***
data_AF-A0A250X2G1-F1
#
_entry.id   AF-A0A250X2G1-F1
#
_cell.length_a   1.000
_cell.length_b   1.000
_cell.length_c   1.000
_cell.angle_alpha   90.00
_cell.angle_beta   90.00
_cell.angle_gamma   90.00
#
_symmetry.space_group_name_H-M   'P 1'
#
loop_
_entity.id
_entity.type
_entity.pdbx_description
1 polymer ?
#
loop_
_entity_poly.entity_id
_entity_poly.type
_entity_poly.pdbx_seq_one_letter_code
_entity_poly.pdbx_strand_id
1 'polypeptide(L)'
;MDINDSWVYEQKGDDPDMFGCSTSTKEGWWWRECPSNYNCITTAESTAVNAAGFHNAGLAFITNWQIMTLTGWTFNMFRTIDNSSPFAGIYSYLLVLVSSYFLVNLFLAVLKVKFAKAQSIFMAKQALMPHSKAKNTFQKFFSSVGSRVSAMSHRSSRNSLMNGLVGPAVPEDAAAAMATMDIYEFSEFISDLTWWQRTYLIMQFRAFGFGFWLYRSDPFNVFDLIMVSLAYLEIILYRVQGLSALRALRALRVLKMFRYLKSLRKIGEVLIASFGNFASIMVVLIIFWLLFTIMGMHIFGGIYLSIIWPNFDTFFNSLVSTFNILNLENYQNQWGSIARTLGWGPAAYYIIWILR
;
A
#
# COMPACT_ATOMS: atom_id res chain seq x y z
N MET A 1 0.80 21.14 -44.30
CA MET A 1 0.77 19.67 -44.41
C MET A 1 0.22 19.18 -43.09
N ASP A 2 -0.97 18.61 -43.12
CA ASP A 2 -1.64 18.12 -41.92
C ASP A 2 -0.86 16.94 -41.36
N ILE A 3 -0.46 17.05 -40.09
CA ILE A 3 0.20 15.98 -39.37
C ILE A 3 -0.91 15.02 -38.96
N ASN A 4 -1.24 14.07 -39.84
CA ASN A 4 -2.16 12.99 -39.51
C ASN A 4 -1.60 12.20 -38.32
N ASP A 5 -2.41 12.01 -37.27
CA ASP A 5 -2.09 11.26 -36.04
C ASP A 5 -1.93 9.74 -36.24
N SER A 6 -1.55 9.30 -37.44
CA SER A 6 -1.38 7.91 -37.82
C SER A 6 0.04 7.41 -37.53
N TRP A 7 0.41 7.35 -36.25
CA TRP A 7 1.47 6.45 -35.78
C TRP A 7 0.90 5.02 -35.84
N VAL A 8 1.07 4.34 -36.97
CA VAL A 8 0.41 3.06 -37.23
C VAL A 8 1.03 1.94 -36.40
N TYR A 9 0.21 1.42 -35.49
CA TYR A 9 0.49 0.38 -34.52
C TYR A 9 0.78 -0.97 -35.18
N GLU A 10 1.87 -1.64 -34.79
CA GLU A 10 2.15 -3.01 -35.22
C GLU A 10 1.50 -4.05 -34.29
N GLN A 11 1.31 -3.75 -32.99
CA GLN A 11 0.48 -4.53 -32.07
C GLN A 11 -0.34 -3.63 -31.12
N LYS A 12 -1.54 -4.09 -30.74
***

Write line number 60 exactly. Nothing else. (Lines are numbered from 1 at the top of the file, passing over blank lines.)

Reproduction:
C GLU A 10 1.50 -4.05 -34.29